Moreover, financial institutions are mandated through principle five of the Nigerian Sustainable Banking Principles (NSBP) to provide products and services that cater for the disadvantaged and marginalised groups within the society. All banks now provide digital banking services, rural banking initiatives and banking services for the physically or socially disadvantaged groups, to mention a few.
Despite the advancement in the sector however, reports still reflect that there has not been much progress made in meeting targets as exclusion rates stands at 41.6% (Access to financial services survey, 2016), which may partly justify the slow inclusive economic growth levels in the country.
The Cross-Sectoral Approach
In spite of the efforts and lofty targets of the financial sector at reducing financial exclusion in Nigeria, true and full inclusion will only be attained when targets are set beyond the financial industry to corporate bodies; irrespective of sectoral focus, through financial access initiatives.
There is a pressing need for corporations to incorporate financial inclusion through joint efforts with the financial sector. For instance, the collaboration between telecommunications companies and banks is no doubt yielding positive results as many more banking services through digital financial technology (fintech) – e-recharge, mobile banking, and a few others have been launched in recent years. Yet, there is more to be achieved by ensuring that services are provided in a stable and sustainable way and awareness is increased on activities and services.
As part of Corporate Social Responsibility, corporate organisations can partner to leverage interactive lessons and introduce the excluded to concepts such as savings and budgeting. Also, by providing access to capital, a business can contribute to financial inclusion.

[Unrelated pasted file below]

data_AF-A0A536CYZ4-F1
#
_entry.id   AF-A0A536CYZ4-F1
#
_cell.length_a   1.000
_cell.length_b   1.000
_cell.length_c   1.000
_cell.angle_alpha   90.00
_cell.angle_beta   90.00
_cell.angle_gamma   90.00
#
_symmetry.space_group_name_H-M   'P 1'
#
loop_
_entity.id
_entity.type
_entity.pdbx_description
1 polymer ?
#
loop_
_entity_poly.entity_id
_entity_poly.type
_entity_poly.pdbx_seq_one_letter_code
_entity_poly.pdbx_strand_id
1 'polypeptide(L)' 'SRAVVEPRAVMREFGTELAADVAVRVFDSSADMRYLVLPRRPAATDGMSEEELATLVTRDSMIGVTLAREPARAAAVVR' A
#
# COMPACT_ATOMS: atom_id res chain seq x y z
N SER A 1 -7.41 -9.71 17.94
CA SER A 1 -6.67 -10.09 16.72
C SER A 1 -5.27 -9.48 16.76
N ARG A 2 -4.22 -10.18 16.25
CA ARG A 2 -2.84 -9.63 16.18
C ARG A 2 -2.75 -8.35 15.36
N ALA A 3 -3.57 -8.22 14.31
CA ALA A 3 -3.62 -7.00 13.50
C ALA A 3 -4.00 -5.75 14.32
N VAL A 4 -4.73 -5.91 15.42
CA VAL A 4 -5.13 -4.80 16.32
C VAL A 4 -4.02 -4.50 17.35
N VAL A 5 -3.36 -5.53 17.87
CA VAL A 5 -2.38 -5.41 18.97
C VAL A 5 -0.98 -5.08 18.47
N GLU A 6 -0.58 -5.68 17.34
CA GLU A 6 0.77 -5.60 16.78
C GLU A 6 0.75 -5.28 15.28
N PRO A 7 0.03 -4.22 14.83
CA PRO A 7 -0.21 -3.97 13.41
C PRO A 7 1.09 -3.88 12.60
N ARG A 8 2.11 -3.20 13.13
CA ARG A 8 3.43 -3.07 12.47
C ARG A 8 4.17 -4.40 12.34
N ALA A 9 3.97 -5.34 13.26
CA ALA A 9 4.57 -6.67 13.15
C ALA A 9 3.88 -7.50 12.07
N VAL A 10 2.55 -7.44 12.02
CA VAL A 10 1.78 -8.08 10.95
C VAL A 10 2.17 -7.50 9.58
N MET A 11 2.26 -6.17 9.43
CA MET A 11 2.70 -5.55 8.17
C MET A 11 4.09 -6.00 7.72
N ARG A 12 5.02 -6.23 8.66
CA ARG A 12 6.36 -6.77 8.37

SABMiller, a multinational beverage company offers an example. The Peru office, in 2012 recognised that many of its customers were small storeowners, who were some of the 6 million Peruvians without any access to banking services. These customers depended on cash flow and risked not having enough cash or stock to weather the economic times, let alone grow.
Recognising the impact that this situation had on its business growth, the company introduced a Bankarization and Financial Inclusion product by identifying geographical areas where its clients lacked banking services, collaborated with banks to open up credit lines, delivered financial educational training to retailers and enhanced the entire banking infrastructure, including 1,500 mini-banks and a new mobile transactions service. Through this, the company was able to increase its sales as well as drive growth amongst SMEs in the country.
In addition, the inclusion of efficient, accessible and safe payment systems that links payment transactions to financial institutions is a way all businesses can also participate in financial inclusion.
Finally, one of the factors contributing to the financial inclusion gap in Nigeria is the low financial literacy levels. The Non-Governmental sector can impart a significant quota by constantly providing consumer education about financial services, as well as other services and by also supporting promising entrepreneurs through grants and loans.
As the 2018 Global Money Week draws to an end, beyond the strategies and approach of the financial sector, it would become increasingly difficult to attain inclusive economic growth unless every sector contributes to reaching a remarkable financial inclusion rate and as captured by the theme of this year’s week, money matters matter, to every sector.
By mobilising mutually-beneficial partnerships; from financial players, telecommunications providers, other economic players, NGOs and government institutions, Nigeria can attain and exceed set levels of financial inclusion even sooner than envisaged.
ThistlePraxis Consulting (2014), The Intersection: Financial Inclusion, Economic Sustainability & Social Benefit: AR-CSR 2014 Report